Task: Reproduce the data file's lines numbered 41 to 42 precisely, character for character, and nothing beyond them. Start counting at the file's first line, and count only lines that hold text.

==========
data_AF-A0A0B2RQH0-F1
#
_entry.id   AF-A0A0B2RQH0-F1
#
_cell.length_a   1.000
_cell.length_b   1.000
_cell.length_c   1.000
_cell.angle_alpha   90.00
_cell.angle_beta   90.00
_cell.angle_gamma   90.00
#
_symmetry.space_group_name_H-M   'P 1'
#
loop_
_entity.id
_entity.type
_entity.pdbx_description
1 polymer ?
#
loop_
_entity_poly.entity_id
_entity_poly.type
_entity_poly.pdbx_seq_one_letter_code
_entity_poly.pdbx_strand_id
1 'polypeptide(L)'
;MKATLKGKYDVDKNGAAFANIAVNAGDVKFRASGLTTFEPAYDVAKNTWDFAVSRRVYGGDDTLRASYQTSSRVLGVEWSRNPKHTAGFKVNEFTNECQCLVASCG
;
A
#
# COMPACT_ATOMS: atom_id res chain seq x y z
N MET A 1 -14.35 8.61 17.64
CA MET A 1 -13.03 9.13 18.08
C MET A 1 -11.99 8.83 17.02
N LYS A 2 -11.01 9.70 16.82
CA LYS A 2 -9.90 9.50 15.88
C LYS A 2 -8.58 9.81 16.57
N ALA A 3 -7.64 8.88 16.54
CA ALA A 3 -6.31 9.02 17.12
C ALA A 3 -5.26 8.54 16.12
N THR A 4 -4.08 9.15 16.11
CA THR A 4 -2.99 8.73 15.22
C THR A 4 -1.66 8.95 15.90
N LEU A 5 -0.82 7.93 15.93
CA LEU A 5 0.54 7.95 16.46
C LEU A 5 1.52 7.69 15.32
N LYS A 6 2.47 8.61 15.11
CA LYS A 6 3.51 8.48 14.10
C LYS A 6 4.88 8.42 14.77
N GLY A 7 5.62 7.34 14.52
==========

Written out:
CA THR A 4 -2.99 8.73 15.22
C THR A 4 -1.66 8.95 15.90